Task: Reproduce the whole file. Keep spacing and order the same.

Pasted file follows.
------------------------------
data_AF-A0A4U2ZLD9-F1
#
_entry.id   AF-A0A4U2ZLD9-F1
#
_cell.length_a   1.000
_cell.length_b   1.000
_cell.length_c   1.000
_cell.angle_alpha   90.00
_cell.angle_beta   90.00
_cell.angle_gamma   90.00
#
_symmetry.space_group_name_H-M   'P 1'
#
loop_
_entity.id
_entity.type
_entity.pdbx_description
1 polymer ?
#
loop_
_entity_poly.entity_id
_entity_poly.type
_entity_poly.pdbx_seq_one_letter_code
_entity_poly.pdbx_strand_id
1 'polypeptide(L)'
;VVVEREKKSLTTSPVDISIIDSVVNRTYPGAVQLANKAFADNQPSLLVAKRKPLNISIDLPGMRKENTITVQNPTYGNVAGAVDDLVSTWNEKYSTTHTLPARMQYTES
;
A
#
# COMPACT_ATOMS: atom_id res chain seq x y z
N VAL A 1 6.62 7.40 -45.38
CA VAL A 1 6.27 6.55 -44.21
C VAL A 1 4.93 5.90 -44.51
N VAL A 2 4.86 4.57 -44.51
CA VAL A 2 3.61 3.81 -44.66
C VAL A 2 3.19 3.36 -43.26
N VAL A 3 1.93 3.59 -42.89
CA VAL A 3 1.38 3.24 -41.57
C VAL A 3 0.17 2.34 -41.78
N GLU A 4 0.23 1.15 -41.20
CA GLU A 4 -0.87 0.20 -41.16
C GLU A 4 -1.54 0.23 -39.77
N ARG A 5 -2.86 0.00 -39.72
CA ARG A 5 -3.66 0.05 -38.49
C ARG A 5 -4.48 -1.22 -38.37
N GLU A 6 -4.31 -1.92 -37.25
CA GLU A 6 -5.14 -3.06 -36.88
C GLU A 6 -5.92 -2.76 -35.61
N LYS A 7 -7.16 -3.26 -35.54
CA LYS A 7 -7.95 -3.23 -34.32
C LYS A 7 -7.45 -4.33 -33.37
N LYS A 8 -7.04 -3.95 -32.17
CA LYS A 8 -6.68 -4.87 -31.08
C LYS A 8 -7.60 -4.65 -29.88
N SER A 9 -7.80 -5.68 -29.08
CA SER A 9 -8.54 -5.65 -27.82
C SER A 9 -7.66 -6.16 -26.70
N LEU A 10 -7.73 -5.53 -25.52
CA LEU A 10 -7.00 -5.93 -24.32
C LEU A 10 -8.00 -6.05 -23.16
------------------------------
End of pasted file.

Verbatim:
data_AF-A0A4U2ZLD9-F1
#
_entry.id   AF-A0A4U2ZLD9-F1
#
_cell.length_a   1.000
_cell.length_b   1.000
_cell.length_c   1.000
_cell.angle_alpha   90.00
_cell.angle_beta   90.00
_cell.angle_gamma   90.00
#
_symmetry.space_group_name_H-M   'P 1'
#
loop_
_entity.id
_entity.type
_entity.pdbx_description
1 polymer ?
#
loop_
_entity_poly.entity_id
_entity_poly.type
_entity_poly.pdbx_seq_one_letter_code
_entity_poly.pdbx_strand_id
1 'polypeptide(L)'
;VVVEREKKSLTTSPVDISIIDSVVNRTYPGAVQLANKAFADNQPSLLVAKRKPLNISIDLPGMRKENTITVQNPTYGNVAGAVDDLVSTWNEKYSTTHTLPARMQYTES
;
A
#
# COMPACT_ATOMS: atom_id res chain seq x y z
N VAL A 1 6.62 7.40 -45.38
CA VAL A 1 6.27 6.55 -44.21
C VAL A 1 4.93 5.90 -44.51
N VAL A 2 4.86 4.57 -44.51
CA VAL A 2 3.61 3.81 -44.66
C VAL A 2 3.19 3.36 -43.26
N VAL A 3 1.93 3.59 -42.89
CA VAL A 3 1.38 3.24 -41.57
C VAL A 3 0.17 2.34 -41.78
N GLU A 4 0.23 1.15 -41.20
CA GLU A 4 -0.87 0.20 -41.16
C GLU A 4 -1.54 0.23 -39.77
N ARG A 5 -2.86 0.00 -39.72
CA ARG A 5 -3.66 0.05 -38.49
C ARG A 5 -4.48 -1.22 -38.37
N GLU A 6 -4.31 -1.92 -37.25
CA GLU A 6 -5.14 -3.06 -36.88
C GLU A 6 -5.92 -2.76 -35.61
N LYS A 7 -7.16 -3.26 -35.54
CA LYS A 7 -7.95 -3.23 -34.32
C LYS A 7 -7.45 -4.33 -33.37
N LYS A 8 -7.04 -3.95 -32.17
CA LYS A 8 -6.68 -4.87 -31.08
C LYS A 8 -7.60 -4.65 -29.88
N SER A 9 -7.80 -5.68 -29.08
CA SER A 9 -8.54 -5.65 -27.82
C SER A 9 -7.66 -6.16 -26.70
N LEU A 10 -7.73 -5.53 -25.52
CA LEU A 10 -7.00 -5.93 -24.32
C LEU A 10 -8.00 -6.05 -23.16